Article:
The American Nurses Association (ANA) advocates for the need of a healthy work environment for nursing staff that is devoid of any form of abusive behavior such as bullying, abuse of position and power, retaliation for being vocal against abuses, sexual harassment, bullying, and lateral violence and abuse among others. Lateral violence is characterized by acts of violence between nursing colleagues whereas bullying is often carried out by a person in a higher position of authority. Bullying and violence in the nursing practice may entail blatant or conceal acts of both nob-verbal and verbal hostility, which have been as causal factors for psychological distress among nurses and contributing to nurses to quit the profession. Bullying and violence in nursing workplace is extremely widespread, with the Institute for Safe Medication Practices reporting that 48 percent of pharmacists, nurses and other healthcare professional reporting strong verbal mistreatment. In addition, 43 percent of pharmacists and nurses amongst other healthcare personnel stated to have been subjected to a form of intimidating body language. Another research by Longo  indicated that 53% of student nurses had been insulted by practicing nurses. The aim of this research paper is to evaluate the impact of bullying and violence on nursing leadership practice and the healthcare system. This paper also explores the various ways through which nurses leaders can avoid bullying and violence between colleagues in the unit. This paper also makes commendations for the nursing profession’s future.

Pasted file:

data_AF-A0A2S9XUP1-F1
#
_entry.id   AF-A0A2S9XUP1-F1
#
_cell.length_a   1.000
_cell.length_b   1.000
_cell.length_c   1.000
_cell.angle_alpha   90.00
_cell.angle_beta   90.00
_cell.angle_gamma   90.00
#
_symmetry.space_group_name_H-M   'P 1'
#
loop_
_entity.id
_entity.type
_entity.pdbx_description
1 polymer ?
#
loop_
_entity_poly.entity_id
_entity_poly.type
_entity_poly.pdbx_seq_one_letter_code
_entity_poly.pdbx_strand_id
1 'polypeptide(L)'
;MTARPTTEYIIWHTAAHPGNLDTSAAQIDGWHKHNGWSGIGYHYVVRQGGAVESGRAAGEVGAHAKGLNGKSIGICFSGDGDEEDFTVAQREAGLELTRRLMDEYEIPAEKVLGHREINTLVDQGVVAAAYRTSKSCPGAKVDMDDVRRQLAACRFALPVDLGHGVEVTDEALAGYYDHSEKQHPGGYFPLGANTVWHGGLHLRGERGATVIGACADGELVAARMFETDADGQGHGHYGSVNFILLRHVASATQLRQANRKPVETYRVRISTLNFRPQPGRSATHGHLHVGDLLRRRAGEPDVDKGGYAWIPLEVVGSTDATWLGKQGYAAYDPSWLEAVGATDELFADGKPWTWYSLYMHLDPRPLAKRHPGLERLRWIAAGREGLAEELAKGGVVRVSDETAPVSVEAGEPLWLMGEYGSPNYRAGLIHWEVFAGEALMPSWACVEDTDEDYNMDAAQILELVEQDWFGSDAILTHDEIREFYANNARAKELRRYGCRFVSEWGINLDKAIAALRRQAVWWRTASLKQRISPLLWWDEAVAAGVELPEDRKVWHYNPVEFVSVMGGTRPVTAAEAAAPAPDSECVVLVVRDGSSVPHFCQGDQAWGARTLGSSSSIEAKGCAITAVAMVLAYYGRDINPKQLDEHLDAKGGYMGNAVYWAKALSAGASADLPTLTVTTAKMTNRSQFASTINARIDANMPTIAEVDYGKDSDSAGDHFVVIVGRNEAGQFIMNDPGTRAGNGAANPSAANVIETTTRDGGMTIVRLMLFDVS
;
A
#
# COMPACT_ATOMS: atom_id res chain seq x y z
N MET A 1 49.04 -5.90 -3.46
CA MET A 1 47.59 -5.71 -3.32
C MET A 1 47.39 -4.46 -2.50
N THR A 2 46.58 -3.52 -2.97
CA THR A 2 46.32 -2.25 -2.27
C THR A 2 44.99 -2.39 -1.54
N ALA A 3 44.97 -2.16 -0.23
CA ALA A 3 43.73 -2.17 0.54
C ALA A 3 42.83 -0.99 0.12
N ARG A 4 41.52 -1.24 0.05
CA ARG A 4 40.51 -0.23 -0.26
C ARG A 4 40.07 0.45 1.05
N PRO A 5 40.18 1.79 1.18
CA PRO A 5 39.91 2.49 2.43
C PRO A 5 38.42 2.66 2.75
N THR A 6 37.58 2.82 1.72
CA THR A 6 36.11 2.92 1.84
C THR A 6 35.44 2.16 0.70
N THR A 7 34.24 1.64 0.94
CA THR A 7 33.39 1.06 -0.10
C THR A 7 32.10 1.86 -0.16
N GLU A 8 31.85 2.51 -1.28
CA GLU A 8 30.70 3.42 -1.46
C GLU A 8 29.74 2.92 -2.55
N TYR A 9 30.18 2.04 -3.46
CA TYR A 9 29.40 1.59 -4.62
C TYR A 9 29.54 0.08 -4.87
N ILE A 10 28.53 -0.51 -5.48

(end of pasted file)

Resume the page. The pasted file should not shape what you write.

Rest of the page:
Impact of Bullying and Violence on Nursing Leadership Practice and Healthcare System